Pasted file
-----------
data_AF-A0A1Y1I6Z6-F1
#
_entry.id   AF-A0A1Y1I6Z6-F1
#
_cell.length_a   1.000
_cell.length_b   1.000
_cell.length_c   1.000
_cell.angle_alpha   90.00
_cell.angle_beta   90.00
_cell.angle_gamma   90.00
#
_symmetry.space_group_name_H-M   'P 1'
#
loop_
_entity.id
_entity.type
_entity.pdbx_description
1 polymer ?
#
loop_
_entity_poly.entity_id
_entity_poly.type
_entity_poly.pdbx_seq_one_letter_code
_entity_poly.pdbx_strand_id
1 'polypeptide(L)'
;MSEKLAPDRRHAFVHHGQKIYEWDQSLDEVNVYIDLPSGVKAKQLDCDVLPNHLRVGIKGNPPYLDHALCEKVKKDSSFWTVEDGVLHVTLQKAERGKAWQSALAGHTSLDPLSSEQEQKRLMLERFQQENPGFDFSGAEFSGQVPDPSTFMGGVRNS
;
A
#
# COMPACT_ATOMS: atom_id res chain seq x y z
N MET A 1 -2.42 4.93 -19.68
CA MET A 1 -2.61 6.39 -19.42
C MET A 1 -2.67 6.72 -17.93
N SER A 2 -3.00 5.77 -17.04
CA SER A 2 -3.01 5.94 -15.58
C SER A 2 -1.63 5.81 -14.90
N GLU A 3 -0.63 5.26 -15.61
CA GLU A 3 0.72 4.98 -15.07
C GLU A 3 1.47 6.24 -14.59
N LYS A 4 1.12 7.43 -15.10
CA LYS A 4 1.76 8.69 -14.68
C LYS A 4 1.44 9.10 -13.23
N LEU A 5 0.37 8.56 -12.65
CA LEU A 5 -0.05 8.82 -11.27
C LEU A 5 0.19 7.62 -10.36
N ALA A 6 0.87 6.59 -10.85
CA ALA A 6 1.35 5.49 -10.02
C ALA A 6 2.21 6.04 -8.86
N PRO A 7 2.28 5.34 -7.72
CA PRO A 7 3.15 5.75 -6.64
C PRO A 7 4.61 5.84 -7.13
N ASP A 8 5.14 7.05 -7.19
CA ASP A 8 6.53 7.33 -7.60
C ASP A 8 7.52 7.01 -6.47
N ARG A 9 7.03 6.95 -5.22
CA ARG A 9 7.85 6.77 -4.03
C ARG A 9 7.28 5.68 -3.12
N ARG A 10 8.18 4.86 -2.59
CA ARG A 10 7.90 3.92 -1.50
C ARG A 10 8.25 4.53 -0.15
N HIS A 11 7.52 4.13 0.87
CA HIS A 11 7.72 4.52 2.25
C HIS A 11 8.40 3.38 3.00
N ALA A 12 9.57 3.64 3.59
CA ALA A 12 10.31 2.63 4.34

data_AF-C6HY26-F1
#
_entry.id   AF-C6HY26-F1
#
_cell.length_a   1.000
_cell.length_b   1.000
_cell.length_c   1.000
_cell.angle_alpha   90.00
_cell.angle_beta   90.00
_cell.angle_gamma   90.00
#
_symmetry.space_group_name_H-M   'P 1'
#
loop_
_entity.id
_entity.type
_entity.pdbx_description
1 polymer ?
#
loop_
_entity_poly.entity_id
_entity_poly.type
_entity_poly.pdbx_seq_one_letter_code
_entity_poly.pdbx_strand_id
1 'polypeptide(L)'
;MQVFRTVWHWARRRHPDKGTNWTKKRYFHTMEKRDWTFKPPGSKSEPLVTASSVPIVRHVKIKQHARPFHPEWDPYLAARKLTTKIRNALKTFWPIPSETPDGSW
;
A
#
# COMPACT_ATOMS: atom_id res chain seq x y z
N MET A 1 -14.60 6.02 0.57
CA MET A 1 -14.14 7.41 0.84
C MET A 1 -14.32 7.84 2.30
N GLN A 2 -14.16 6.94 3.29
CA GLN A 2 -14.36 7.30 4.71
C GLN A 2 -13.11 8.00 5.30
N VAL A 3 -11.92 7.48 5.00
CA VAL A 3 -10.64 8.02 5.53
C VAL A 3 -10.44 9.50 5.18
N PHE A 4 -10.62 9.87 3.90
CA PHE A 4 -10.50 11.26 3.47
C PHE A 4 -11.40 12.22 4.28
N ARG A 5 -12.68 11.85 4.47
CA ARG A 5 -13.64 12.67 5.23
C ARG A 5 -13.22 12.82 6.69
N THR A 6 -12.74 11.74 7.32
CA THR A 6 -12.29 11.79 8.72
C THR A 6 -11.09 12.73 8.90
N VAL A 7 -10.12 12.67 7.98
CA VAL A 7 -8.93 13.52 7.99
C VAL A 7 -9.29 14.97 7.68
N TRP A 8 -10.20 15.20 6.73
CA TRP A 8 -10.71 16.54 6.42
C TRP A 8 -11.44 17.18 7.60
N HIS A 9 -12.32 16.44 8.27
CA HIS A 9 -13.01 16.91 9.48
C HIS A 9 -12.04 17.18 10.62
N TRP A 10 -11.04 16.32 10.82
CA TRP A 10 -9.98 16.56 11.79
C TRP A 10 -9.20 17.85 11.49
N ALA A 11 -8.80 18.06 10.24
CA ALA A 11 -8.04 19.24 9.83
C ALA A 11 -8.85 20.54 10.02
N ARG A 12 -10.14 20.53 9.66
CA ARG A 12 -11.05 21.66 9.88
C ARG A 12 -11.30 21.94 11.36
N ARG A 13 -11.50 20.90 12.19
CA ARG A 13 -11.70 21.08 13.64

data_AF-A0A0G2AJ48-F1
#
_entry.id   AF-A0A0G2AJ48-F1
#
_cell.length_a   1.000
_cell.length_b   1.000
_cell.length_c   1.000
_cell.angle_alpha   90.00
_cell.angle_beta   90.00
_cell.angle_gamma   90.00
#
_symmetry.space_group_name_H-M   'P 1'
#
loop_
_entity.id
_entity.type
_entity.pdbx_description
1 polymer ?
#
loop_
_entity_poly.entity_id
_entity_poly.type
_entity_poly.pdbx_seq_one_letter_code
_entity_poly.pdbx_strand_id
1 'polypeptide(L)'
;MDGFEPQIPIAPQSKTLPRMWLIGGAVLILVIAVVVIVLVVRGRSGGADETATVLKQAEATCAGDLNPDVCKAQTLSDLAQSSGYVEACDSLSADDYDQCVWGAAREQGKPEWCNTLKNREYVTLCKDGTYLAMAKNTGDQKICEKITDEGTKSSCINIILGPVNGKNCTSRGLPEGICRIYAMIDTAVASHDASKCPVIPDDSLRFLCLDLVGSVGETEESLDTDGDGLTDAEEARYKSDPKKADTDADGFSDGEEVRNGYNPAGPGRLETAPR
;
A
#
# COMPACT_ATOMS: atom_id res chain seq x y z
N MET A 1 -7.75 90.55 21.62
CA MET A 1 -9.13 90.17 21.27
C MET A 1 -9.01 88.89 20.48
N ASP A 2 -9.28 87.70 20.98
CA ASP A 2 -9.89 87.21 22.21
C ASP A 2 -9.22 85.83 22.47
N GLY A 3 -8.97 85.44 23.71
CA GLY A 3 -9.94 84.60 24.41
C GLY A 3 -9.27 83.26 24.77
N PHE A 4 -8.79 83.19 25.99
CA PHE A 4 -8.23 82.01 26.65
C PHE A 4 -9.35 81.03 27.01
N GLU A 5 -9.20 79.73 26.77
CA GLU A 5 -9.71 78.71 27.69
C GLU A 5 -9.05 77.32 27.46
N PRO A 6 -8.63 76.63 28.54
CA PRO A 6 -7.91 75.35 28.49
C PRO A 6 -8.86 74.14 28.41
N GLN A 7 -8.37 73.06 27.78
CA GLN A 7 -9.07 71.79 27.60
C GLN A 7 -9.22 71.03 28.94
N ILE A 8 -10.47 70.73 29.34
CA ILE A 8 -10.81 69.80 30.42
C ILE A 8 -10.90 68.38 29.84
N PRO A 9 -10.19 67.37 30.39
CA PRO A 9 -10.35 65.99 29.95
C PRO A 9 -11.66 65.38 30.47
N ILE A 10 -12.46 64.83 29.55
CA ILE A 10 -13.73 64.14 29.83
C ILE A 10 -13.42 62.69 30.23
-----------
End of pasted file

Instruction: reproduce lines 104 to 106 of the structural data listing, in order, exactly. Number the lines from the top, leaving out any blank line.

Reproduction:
C VAL A 3 -10.44 9.50 5.18
N PHE A 4 -10.62 9.87 3.90
CA PHE A 4 -10.50 11.26 3.47